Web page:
Monday, April 25, 2011

High Level Windows Shellcode Development Methods

Heres a super quick entry covering some high level methods you can use when developing Windows shellcode.

The methods are:
  • Using the memory editing features of a debugger
  • Using a c compiler
  • Using an assembler

Using a debugger

Writing shellcode using the code editing features of a debugger like OllyDbg is best suited to really simple (approximately <20 byte) shellcode, or for making small edits to already written code while you are actually testing it.  This method is also great when you want to enter the instruction using an opcode instead of the assembly equivalent, which you may want to do when writing shellcode to work around bad character limitations.

The exploit writers debugger guide I wrote a while ago covers how to write and perform small edits to shellcode using the memory editing features in OllyDbg, and this should also work for Immunity Debugger.  The links are available from here:

http://www.thegreycorner.com/2011/03/exploit-writers-debugging-tutorial.html

Using a c compiler

Writing shellcode using a c compiler is a good method for writing more detailed code.  Using Didier Stevens' method, you can also debug your code inside the Visual Studio IDE.  I haven't had the opportunity to use this method myself as yet, but testing this out has been on my ever expanding "To Try" list ever since I first read about it, so I thought I'd link to it here.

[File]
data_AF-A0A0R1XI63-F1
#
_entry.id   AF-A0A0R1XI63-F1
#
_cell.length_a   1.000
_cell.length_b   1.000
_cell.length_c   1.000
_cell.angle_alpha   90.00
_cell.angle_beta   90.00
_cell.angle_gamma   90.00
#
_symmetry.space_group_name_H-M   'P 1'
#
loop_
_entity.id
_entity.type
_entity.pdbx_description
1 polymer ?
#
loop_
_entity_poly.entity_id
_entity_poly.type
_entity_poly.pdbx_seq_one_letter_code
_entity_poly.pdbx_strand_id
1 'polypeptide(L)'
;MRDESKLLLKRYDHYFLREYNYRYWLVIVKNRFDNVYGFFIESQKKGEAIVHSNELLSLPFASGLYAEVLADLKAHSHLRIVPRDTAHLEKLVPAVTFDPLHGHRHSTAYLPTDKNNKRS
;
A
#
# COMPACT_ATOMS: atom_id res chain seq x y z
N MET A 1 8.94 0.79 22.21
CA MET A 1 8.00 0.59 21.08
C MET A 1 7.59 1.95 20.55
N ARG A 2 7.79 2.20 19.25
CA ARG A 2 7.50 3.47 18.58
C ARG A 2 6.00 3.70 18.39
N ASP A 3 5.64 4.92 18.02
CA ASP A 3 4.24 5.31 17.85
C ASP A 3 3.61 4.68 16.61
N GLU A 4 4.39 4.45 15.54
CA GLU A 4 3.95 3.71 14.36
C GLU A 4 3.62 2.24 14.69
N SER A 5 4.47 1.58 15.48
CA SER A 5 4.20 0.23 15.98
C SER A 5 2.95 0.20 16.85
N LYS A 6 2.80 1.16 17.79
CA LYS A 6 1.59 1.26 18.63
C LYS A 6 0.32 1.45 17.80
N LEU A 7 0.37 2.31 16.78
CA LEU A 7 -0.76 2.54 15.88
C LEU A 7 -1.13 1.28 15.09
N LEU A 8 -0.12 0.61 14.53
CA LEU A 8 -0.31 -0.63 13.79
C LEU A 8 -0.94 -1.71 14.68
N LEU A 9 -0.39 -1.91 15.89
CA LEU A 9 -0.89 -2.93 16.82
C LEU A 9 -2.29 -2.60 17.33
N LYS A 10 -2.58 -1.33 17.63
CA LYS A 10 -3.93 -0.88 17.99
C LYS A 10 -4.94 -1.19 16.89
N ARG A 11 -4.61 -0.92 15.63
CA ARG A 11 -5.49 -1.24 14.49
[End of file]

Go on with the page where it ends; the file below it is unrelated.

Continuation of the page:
The links are available from Didier's blog, here:

http://blog.didierstevens.com/2010/05/04/writing-win32-shellcode-with-a-c-compiler/

Using an assembler

Writing shellcode using an assembler is a fairly obvious method, and was the one I used to develop my Download and Execute Script shellcode.

As an example of how this is done, heres some assembly code I pieced together for another Vulnserver related article I recently wrote (hopefully I'll be posting links to it here any day now).  This code is actually based on code from a SecurityForest article that is now offline, and I think they in turn got it from some older Phrack article...
[BITS 32]

; Shellcode to redirect execution back 768 bytes from instruction following CALL

global _start

jmp short jmpspot   
callspot:        ; The CALL lands here, stack now has address of next instruction
pop ecx            ; pops address of next instruction into ECX
dec ch            ; decrement CH register by 1 = ECX - 256
dec ch
dec ch
jmp ecx            ; jmp to ECX
jmpspot:
call callspot

Save this as shellcode.asm, then assemble to binary form into file shellcode.bin using nasm as follows:

stephen@lion:~$ nasm -f bin shellcode.asm -o shellcode.bin

We can then print this out in Hex format, ready for pasting into an exploit, using command line perl-fu

stephen@lion:~$ cat shellcode.bin | perl -e 'while (read STDIN, $d, 1) {print "\\x" . sprintf( "%02x", ord($d));}; print "\n"'
\x59\xfe\xcd\xfe\xcd\xfe\xcd\xff\xe1\xe8\xf2\xff\xff\xff

Or we can get it printed out in slightly neater manner with a character count at the end using my very simple convertsc2h.pl script.

stephen@lion:~$ convertsc2h.pl shellcode.bin
Shellcode:
\x59\xfe\xcd\xfe\xcd\xfe\xcd\xff\xe1\xe8\xf2\xff\xff\xff

Length:14